Hate crimes (also known as bias-motivated crimes) occur when a perpetrator targets a victim because of his or her perceived membership in a certain social group, usually defined by racial group, religion, sexual orientation, disability, class, ethnicity, nationality, age, gender, gender identity, social status or political affiliation.
“Hate crime” generally refers to criminal acts that are seen to have been motivated by bias against one or more of the types above, or of their derivatives. Incidents may involve physical assault, damage to property, bullying, harassment, verbal abuse or insults, or offensive graffiti or letters (hate mail).
Â Â Â Â The above are from Wikipedia. If we are reprimanded by our editors for using Wiki we will plead that there is, for thoughtcrime, no standard or legal definition except in fiction (though some would point to practice in certain totalitarian regimes as evidence to the contrary). And for hate crime, there are now a myriad of laws on the books in many state jurisdictions and also federal statutes encompassing some, or many, of the Wikipedia examples.Â Citing all of themÂ is not critical for our effort today.Â It might be amusing, though, to consider Wiki’s inclusion ofÂ people beingÂ ‘targeted’ as those having a certain ‘social status’ orÂ ‘political afilliation’ , givenÂ the current president’s penchant for ‘taxing the rich’ and ‘punishing our enemies’, if you’re up on current affairs.Â But that is a variant we won’t pursue here today.
Â Â Â Â We Â referenceÂ an incident that occurred last fall on the campus of Rutgers University in which a student surreptitiously video-recorded his male roommate engaged with another male, well, in flagrante delicto, as they say, and then posted it on-line. The presumably embarassed roommate committed suicide the next day. The student was charged with invasion of privacy at the time and could have faced up to five years in prison. Homosexual rights groups demanded that he be charged with a ‘hate crime’. Â That happened yesterday.Â Â The defendant now faces the possibility of decades in prison.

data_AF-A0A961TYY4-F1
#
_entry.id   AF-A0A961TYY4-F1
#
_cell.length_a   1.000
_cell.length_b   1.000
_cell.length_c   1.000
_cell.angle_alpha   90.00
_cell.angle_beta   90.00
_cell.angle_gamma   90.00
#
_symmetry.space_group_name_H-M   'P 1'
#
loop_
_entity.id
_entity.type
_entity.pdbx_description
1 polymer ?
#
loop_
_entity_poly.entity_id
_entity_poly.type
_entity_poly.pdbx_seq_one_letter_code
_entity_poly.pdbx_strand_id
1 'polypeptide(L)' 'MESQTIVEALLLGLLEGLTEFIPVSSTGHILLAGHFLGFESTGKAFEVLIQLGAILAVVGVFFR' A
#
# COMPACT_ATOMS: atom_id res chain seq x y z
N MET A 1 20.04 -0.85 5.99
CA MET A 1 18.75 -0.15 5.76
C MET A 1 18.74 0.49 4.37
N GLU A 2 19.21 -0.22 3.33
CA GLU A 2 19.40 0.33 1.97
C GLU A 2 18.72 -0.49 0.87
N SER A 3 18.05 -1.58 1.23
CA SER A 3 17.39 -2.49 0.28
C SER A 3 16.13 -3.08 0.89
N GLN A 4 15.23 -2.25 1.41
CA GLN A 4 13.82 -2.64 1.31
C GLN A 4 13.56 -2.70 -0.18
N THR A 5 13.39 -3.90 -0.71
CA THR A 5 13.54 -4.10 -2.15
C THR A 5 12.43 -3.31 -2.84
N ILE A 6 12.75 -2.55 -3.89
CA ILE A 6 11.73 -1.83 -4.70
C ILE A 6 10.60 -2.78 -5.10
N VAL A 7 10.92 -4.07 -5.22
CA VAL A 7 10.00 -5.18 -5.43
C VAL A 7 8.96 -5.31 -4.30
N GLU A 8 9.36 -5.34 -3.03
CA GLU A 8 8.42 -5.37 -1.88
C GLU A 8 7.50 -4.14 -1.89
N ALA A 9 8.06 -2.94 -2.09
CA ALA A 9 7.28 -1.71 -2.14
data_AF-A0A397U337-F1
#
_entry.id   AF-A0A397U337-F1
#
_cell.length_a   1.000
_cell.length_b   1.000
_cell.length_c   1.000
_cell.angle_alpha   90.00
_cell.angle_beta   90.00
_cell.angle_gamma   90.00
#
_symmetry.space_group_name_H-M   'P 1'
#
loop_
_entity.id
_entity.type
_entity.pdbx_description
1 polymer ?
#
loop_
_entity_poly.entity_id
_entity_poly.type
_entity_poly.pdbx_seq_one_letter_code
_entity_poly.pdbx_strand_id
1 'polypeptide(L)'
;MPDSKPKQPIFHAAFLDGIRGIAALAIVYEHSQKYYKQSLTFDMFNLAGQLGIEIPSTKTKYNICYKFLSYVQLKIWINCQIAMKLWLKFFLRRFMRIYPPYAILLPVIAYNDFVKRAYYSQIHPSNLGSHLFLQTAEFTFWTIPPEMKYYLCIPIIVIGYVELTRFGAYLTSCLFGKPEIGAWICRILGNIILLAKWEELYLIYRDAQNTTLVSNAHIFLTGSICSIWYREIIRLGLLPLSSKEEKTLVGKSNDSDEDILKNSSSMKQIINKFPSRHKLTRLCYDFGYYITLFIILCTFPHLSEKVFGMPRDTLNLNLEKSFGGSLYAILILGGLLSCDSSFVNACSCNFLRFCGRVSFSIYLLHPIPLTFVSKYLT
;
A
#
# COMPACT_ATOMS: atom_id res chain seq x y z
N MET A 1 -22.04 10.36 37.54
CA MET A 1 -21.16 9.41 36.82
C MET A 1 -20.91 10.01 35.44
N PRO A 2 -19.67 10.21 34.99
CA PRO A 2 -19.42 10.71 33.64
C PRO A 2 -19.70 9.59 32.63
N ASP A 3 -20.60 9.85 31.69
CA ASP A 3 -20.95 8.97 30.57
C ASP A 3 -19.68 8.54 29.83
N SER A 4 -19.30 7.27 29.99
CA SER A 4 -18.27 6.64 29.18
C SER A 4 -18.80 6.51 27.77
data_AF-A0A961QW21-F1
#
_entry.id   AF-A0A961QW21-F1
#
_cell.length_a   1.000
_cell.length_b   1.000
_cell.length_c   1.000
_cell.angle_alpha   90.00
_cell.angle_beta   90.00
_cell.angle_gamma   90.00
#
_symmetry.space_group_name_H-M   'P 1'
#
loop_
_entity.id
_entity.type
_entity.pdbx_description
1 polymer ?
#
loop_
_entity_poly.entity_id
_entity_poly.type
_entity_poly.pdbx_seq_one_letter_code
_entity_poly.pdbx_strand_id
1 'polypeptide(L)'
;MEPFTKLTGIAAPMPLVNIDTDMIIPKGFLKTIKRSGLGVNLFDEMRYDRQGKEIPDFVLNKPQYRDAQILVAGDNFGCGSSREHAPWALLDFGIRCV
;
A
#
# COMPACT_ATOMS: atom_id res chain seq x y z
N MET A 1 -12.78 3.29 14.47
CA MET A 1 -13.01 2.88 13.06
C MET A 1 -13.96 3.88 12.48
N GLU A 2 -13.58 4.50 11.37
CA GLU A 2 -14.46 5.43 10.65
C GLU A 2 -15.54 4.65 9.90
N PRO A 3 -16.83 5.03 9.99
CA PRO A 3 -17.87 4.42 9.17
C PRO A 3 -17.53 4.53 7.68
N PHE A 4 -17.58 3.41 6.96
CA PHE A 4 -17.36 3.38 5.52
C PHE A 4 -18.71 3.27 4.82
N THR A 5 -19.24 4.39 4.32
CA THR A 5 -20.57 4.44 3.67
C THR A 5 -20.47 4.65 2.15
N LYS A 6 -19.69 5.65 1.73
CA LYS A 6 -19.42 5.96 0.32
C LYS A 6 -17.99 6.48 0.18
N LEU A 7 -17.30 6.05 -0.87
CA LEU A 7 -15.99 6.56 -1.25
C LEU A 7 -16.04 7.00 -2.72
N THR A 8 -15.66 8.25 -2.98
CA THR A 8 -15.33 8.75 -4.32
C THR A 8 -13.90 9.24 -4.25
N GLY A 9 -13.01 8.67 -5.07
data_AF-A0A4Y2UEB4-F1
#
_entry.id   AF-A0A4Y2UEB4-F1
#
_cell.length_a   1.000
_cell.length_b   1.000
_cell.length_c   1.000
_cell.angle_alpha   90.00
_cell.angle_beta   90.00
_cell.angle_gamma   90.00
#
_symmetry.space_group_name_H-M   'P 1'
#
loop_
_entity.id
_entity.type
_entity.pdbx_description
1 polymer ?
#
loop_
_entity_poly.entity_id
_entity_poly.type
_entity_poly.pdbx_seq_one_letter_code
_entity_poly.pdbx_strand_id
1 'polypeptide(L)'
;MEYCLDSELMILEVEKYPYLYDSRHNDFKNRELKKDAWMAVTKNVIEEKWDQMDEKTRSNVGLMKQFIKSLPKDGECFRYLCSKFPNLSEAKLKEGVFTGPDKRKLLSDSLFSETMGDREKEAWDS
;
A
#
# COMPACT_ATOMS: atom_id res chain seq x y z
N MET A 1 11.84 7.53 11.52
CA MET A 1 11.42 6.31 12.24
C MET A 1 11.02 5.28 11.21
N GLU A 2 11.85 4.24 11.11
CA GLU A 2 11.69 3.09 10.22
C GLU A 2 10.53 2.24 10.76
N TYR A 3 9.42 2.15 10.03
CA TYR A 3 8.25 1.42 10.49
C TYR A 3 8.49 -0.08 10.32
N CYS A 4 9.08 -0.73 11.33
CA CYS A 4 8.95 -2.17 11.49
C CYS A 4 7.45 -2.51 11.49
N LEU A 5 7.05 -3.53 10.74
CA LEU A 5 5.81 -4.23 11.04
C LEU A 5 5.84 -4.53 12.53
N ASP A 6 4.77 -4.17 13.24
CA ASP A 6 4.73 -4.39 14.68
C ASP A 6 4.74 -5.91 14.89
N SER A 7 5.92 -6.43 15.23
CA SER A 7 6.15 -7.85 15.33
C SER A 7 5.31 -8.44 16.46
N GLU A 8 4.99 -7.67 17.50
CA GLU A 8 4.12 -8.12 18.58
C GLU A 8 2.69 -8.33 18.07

Â Â Â Â The case has not been presented; we don’t know the evidence or what the pleadings might be, except what we have learned from news stories.Â But usually in a hate crime, there has to have been some violent act, or some damage claimed.Â What we are wondering is, if the victim in this case had gone to the police and complained of invasion of privacy, and claimed protected status,Â would the hate crime have been added to the counts, andÂ if not, was the charge upped to includeÂ ‘hate’ Â because of the death of the victim?Â Id est, was it the act of the victim, committing suicide, that resulted in the enhanced charge being filed against the defendant?
Â Â Â Â Legal scholars will tell you that hate speech is protected by the Constitution, but hateÂ crimesÂ occur when speech is accompanied or followed by an act, such as, for example, burning a cross in the front yard of a Black family, or, hopefully for fairness’ sake, as in Â murdering people while yelling “Allahu akbar”.Â For our part, we have never believed it possible to prove a hate crime, have never believed it was warranted by any legal or constitutional or societal need, and have thoughtÂ that, like the fictional Â ‘thoughtcrime’ Â referenced above, the concept of a hate crime is so obviously subjective as toÂ make itÂ overripe for abuse.Â Especially so when it is considered that ‘hate crimes’, Â as promulgated by the different jurisdictions, offer protections, or shall we say remedies,Â to certain classes not available to victims of the same typeÂ assaults or affronts who are Â not members of said classes.Â That is not equal protection under the law, in our oh-so-very humble opinion.